USAF one step closer in getting new and capable ‘small radar’ | Israel joins the club: buys advanced F-15s | Tokyo buys SM-3 variants
The US Air Force’s next-generation stealth bombers will be maintained at Tinker Air Base in Oklahoma and at Edwards Air Force Base in California. The B-21 Raider previously referred to as the Long-Range Strike Bomber, or LRS-B, is expected to be delivered in the mid-2020s. The air bases will be responsible to coordinate all maintenance and sustainment efforts of the new aircraft, which includes leading testing and evaluation efforts. This decision comes as the Northrop Grumman-made B-21 is expected to enter its critical design review milestone next month. The Air Force plans to buy a total of 100 Raiders as replacement to its fleet of B-2s and B-1Bs, which are expected to be retired by 2040. “From flight testing the X-15 to the F-117, Edwards AFB in the Mohave Desert has been at the forefront of keeping our Air Force on the cutting edge,” says Chief of Staff of the Air Force Gen David L. Goldfein. “Now, testing the B-21 Raider will begin another historic chapter in the base’s history.”
Vista Outdoor Sales is being contracted to supply special ammunition to the Navy and the Marine Corps. Awarded by the Naval Surface Warfare Center, the firm-fixed-price, IDIQ contract provides for the delivery of 5.56mm ball, carbine, barrier ammunition. This ammunition is designed to defeat intermediate barriers such as auto windshields and doors while providing sufficient terminal performance. The full name and designation of the round is the MK 318 MOD 0 “Cartridge, Caliber 5.56mm Ball, Carbine, Barrier”. Developed as a SOST (Special Operations Science and Technology) ammo, the 62 grain bullet features an open tip with lead at the front and a thick copper base. The lead is designed to defeat barriers and the copper to penetrate the barrier. Work will be performed at the company’s factory in Anoka, Minnesota. The $41.2 million contract is expected to be completed by November 2023.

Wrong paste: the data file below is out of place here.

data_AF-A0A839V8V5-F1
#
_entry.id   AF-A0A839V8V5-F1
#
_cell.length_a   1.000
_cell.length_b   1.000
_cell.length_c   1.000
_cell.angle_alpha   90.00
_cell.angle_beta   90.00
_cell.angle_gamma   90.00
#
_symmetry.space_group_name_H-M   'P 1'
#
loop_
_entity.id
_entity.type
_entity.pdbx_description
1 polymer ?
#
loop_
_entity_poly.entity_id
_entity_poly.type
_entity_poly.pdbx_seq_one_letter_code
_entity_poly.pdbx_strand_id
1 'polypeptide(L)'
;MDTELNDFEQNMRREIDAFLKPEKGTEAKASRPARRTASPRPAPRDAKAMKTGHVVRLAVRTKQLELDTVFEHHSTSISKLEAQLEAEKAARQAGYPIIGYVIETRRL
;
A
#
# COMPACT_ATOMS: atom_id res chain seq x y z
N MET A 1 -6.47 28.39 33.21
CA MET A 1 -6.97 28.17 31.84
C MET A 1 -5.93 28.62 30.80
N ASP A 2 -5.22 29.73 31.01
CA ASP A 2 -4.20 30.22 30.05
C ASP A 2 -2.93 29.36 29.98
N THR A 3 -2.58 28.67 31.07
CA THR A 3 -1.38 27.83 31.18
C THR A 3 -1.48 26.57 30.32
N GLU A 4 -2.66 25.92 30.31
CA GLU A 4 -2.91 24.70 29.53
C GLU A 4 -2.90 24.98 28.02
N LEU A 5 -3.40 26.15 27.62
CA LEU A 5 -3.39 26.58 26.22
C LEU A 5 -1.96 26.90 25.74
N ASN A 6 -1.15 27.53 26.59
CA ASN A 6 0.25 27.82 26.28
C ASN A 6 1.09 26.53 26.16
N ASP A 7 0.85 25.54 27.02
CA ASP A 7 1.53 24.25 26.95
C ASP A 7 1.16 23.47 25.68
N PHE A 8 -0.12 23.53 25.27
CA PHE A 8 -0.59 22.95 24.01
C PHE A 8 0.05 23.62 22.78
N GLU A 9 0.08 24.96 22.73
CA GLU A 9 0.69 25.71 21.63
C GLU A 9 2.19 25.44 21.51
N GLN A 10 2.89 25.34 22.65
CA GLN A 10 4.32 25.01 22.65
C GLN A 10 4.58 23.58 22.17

IMSAR LLC is being tapped to proceed to Phase III of a previously awarded Small Business Innovation Research (SBIR) contract. The awarded $10 million delivery order provides for ongoing work on the SBIR Topic AF112-144 entitled “Advanced Radar Concepts for Small (Tier I/II) Remotely Piloted Aircrafts.” The research program aims to develop a small multi-mode Ground Surveillance Radar (GSR) for small UAV’s. GSR is an integral part of the DoD’s Battlefield Awareness requirement. However nearly all ‘small radars’ (weighing 10 lbs or less) are limited to Synthetic Aperture Radar (SAR) processing and lack a Ground Moving Target Indicator (GMTI) and Dismount Detection Radar (DDR) capability. IMSAR is responsible to develop a new ‘small radar’ that incorporates SAR, GMTI and DDR capabilities and bridges the gap between advanced weapon system radars, and small Size Weight & Power radar systems that can operate on Group I/II Remotely Piloted Aircrafts.
Middle East & Africa